The reason why the aperture ratios are particularly high in the case of Embodiments 5 and 6 is that the constructions of Embodiments 5 and 6 need not use a black matrix which has been used in the related art.

The reason why the drive voltage of Embodiment 6 can be made lower than that of Embodiment 5 is that Embodiment 6 has a construction in which the second protective film PSV2 is not formed in the pixel area.

<Embodiment 7>

FIG. 36 is a plan view showing another embodiment of the liquid crystal display device according to the present invention, and shows a case in which each of the above-described embodiments is applied to a so-called multi domain type of liquid crystal display device.

The multi-domain scheme relates to an electric field which occurs in a spreading direction of a liquid crystal (lateral electric field). In the multi domain scheme, areas in each of which a lateral electric field occurs in a different direction are formed in each pixel area so that the twist direction of liquid crystal molecules is inverted from area to area, whereby it is possible to provide the advantage of canceling a difference in display color which occurs, for example, when a display area is viewed from each of the right and left sides thereof.

FIG. 36 is a view which corresponds to, for example, FIG. 1. The strip-shaped pixel electrodes PX disposed to be extended in one direction of FIG. 36 and to be juxtaposed in a direction intersecting with the one direction are formed into a zigzag shape by repeating the process of extending the pixel electrodes PX in a direction inclined at an angle θ with respect to the one direction (in the case of a P type liquid crystal, 5-40° is appropriate for the angle θ if the rubbing direction of an alignment film is made coincident with the direction of drain signal lines,) and then bending the pixel electrodes PX by an angle of −2θ and extending the pixel electrodes PX in the bending direction.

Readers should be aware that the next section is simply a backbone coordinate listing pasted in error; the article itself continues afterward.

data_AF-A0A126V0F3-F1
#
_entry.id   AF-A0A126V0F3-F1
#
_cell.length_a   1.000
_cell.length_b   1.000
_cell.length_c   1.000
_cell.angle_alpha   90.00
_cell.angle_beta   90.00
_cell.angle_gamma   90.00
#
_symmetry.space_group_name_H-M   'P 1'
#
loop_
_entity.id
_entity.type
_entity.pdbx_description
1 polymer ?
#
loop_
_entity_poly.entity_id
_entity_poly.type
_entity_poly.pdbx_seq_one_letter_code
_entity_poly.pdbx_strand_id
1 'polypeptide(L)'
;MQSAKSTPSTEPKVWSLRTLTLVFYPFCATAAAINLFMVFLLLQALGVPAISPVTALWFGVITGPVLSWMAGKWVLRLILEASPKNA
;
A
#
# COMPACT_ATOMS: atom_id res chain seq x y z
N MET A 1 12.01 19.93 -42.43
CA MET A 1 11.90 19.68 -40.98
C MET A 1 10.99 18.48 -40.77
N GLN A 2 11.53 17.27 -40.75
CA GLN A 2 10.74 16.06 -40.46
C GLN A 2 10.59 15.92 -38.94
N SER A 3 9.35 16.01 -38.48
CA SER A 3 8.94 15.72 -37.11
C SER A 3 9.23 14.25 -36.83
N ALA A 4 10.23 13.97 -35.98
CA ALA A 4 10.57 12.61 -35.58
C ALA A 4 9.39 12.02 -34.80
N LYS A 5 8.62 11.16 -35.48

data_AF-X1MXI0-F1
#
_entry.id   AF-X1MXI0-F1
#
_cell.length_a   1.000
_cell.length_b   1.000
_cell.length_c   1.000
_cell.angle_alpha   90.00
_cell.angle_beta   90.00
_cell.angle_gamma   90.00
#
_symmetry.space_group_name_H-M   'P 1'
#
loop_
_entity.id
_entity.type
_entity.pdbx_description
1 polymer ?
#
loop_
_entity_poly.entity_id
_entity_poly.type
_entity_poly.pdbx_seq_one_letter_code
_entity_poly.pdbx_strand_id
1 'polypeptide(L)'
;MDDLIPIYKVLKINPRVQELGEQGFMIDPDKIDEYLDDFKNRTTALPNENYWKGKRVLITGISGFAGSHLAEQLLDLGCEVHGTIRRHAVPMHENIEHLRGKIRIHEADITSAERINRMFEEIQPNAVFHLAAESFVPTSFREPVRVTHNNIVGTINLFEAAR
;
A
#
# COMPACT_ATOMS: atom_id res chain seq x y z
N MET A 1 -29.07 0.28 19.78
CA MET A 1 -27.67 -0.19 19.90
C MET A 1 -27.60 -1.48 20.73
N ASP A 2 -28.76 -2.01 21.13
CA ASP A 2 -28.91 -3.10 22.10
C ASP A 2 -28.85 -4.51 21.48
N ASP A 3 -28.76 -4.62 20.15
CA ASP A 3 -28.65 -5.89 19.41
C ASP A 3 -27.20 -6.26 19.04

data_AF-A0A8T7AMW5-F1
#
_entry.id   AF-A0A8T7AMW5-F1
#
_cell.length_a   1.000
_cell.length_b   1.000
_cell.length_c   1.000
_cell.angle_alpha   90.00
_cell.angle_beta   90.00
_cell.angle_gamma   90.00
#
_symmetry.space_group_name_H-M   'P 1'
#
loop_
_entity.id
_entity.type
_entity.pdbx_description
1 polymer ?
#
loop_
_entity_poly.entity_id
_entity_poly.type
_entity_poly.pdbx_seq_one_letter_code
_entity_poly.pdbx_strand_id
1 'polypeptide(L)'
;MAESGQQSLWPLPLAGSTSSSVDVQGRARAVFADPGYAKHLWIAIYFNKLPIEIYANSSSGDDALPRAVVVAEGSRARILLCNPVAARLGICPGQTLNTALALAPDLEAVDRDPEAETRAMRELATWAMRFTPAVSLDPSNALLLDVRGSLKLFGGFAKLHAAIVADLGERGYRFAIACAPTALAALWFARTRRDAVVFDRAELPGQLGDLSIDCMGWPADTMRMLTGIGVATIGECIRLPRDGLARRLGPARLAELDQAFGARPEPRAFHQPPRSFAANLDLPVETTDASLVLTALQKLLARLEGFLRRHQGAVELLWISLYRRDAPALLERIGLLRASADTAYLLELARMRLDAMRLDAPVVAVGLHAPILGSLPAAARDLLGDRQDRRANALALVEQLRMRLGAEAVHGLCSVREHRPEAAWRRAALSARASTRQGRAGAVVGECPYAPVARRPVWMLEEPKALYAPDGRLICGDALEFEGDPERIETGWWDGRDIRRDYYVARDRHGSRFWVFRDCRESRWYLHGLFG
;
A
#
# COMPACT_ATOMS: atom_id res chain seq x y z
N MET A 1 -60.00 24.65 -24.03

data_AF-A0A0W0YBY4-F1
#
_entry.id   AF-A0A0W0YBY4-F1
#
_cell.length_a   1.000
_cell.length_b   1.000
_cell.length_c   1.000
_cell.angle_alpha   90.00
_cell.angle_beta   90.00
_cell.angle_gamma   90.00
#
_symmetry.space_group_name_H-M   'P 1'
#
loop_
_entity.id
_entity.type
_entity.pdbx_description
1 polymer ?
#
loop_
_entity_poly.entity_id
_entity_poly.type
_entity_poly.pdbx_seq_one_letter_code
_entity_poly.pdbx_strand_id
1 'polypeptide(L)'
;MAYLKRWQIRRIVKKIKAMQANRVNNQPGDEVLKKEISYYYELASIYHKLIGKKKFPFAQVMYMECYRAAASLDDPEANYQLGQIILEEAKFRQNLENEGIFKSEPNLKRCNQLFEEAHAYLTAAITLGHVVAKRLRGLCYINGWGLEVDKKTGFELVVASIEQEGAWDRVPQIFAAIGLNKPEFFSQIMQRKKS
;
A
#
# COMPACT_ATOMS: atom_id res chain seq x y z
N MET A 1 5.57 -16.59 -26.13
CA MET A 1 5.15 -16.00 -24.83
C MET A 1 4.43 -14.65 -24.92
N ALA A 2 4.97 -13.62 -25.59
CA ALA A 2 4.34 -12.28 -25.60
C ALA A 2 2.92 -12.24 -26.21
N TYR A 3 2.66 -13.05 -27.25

Since the floating conductive layers FTC are respectively formed in shapes similar to those of the pixel electrodes PX, the floating conductive layers FTC and the pixel electrodes PX are formed in the zigzag shapes, respectively, but are disposed in parallel with each other.

In this case, since the counter electrode CT is formed over the whole of the pixel area except the periphery thereof, the advantage of the multi domain scheme can be achieved merely by arranging the pixel electrodes PX and the conductive layers FTC which are constructed in the above-described manner, so that the pixel electrodes PX and the conductive layers FTC are superposed on the counter electrode CT.